5 Reasons Even Solopreneurs Need Editorial Calendars

CoSchedule

Editorial calendars. All the best publications use them. They help plan the work to be done, and keep the content and marketing departments on track.

Guess what? Solopreneurs need editorial calendars, too. Just because you don’t have a team, don’t assume an editorial calendar isn’t for you.

Here are just five of the many reasons you should start using an editorial calendar for your WordPress site. You:

  • Will always know what to write about — bye, bye writer’s block!
  • Can schedule your own time more efficiently
  • Can plan your writing around special events
  • Can plan a content theme for the week or the month
  • If you accept direct advertising on your site, you can contact advertisers to let them know how their message will fit with upcoming content you have planned

If you’ve not used one, here’s how to quickly get your content planning organized.

#1. Plan Around Holidays and Events

Sit down with a regular calendar and note upcoming holidays and special events that you can tie in with your content.

#2. Come Up With Some Themes and Ideas

Generate ideas for ways to capitalize on relevant business themes. Some are obvious — if you’re a chocolatier, you probably already know you get a lot of business around February 14th and late March – early April (Valentine’s Day and Easter).

What if your business isn’t so obvious, though? Brainstorm ideas that work in your industry or niche, and put them on the editorial calendar. Does one of your advertisers have an enormous Christmas in July sale every year? Plan some supporting content.

#3. Fill in the Empty Spaces

Now brainstorm ideas to fill the gaps. Is there a business theme you can focus on during a month that doesn’t include holidays or events? Write it down.

Is your editorial calendar taking shape now? Great! Now it’s time to transfer all that hard work to an editorial calendar. But what should you use? Common choices include a:

  • Paper calendar or whiteboard
  • Spreadsheet
  • Online calendar
  • WordPress plugin

I prefer to use a WordPress plugin. Fortunately, there are some good choices available.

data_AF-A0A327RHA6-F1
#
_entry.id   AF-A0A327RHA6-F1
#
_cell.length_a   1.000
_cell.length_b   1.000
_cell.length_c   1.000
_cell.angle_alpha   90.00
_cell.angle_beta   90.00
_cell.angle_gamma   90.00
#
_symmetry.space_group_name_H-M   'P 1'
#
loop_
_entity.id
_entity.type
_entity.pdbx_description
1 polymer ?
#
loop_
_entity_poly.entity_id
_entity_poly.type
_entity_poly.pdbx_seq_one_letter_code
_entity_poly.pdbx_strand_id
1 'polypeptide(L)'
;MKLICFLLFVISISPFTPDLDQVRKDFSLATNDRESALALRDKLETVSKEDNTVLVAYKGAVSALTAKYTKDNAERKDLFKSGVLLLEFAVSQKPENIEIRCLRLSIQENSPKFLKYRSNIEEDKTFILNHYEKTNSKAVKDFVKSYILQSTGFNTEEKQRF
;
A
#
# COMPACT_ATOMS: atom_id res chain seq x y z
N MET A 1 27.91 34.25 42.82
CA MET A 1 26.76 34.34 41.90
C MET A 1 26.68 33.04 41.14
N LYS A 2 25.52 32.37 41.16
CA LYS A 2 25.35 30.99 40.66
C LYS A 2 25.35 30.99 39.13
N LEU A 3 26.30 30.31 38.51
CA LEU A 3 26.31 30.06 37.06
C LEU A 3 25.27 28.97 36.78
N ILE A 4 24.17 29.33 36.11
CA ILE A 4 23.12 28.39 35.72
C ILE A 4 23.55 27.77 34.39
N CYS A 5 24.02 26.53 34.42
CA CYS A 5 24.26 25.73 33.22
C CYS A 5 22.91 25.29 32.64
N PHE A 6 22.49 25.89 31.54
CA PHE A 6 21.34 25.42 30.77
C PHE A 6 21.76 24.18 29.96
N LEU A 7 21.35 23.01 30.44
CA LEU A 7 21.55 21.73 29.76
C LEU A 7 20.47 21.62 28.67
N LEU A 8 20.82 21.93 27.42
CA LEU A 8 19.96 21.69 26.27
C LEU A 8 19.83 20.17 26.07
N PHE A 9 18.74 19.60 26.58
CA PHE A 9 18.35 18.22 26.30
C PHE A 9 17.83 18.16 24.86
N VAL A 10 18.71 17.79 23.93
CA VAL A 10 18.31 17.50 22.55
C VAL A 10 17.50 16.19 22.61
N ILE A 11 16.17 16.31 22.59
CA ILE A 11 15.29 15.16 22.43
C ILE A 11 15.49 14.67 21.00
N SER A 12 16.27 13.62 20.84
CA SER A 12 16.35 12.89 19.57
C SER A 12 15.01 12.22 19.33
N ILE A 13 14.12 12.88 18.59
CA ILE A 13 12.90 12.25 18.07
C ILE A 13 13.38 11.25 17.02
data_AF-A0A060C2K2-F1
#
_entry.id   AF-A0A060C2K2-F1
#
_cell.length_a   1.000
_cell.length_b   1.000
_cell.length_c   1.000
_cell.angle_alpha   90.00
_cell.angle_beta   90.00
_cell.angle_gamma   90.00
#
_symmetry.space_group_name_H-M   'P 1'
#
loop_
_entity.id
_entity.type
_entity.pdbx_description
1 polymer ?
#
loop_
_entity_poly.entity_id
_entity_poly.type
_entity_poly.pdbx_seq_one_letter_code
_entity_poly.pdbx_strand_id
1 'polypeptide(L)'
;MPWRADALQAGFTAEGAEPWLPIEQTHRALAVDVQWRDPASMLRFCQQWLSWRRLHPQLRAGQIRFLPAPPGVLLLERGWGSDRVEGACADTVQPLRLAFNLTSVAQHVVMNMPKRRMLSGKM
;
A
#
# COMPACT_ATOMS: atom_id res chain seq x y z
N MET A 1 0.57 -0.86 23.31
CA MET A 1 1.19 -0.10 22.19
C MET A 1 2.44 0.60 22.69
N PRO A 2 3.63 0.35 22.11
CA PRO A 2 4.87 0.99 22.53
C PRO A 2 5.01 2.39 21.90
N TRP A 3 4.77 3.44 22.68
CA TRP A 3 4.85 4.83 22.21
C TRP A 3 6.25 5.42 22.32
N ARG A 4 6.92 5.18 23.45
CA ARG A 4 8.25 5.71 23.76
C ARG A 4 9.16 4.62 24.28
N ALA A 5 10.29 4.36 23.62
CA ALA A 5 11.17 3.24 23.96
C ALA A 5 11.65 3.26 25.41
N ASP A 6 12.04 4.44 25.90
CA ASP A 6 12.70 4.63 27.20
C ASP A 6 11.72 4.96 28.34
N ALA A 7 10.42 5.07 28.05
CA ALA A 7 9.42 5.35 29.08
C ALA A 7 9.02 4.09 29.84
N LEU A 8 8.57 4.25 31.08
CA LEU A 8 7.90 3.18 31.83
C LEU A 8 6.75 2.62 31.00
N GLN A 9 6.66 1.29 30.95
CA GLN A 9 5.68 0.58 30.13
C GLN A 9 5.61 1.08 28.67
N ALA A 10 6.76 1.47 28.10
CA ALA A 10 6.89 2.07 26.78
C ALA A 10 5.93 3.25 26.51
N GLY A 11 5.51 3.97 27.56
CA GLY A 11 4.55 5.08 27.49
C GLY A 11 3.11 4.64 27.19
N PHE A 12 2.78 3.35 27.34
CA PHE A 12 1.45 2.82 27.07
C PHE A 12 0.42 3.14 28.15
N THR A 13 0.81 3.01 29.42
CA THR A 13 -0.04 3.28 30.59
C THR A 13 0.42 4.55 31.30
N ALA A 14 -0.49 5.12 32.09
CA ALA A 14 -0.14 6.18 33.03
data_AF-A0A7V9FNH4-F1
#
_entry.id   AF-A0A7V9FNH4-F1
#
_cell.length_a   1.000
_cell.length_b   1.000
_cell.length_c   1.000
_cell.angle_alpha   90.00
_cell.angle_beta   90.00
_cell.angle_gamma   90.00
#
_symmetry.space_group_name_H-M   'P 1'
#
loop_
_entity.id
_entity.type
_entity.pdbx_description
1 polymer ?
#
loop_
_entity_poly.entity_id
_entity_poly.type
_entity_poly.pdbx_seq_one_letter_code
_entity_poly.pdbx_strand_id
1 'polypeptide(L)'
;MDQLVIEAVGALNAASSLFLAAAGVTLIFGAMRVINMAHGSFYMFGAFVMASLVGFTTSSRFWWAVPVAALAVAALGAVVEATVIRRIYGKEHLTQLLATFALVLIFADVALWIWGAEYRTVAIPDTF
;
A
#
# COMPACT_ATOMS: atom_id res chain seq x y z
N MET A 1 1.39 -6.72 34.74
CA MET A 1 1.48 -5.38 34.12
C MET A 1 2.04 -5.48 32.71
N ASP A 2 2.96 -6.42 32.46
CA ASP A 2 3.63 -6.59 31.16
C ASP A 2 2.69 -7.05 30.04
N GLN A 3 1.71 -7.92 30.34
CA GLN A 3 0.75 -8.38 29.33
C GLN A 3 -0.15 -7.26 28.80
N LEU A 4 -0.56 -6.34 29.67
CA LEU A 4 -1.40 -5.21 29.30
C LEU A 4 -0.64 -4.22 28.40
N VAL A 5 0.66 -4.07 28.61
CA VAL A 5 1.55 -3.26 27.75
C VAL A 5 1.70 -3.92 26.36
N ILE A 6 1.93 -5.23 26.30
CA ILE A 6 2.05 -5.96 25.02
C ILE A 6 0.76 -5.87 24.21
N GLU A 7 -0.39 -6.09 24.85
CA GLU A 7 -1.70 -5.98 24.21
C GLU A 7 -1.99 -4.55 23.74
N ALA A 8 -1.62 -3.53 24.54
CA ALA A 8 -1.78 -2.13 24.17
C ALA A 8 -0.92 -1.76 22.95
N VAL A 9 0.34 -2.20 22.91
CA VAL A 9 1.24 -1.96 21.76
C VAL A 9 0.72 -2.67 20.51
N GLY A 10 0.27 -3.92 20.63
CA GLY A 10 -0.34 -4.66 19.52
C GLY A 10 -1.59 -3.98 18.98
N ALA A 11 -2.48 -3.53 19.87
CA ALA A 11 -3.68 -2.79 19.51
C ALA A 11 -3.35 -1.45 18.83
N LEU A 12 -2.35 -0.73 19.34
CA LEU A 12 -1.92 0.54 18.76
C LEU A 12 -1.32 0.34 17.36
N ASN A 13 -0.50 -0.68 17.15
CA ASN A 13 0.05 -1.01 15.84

Editorial Calendar

There’s an excellent basic editorial calendar, called simply, Editorial Calendar. It lets you:

  • See when all your posts are scheduled
  • Drag and drop to reschedule
  • Manage drafts, even with multiple authors

Editorial Calendar

CoSchedule

If you want a bit more, though, check out CoSchedule by TodayMade. It’s the one I use.

CoSchedule

It’s not free, although you can start with a free trial. But for what it offers, it’s a bargain.

It has all the usual editorial calendar features — all your posts show up on the calendar, you can drag and drop to reschedule, and you can manage each step of the writing and publishing process, for an individual or a team.

And then… you can schedule social media posts directly from CoSchedule.

This is an enormous time savings. It’s so much faster and easier to create your social media content at the same time as you’re creating your site content.

CoSchedule can post to:

  • Twitter
  • Facebook
  • Google Plus
  • LinkedIn
  • Tumblr

Link up your Buffer account for even more options.

They offer calendars for solopreneurs, small teams and large companies. Depending on which plan you choose, use CoSchedule as a calendar for marketing, workflow management with a team, and social media. The larger plans include integrations with other tools like Google Docs and Evernote. They claim it’s an all-in-one publishing solution, and it pretty much is.

I mentioned before that this is a premium plugin, but they do offer several ways you can offset the costs.

Get your CoSchedule free trial.

Using an editorial calendar — whichever one you choose — will make your content creation easier.

Do you use an editorial calendar currently? Which one do you use?


Here are some related articles:

How to Schedule a WordPress Post (and Free Up Your Time!)

Here are the 4 Powerful Plugins I Install on Every WordPress Site

How to Choose the Right WordPress Plugin

 

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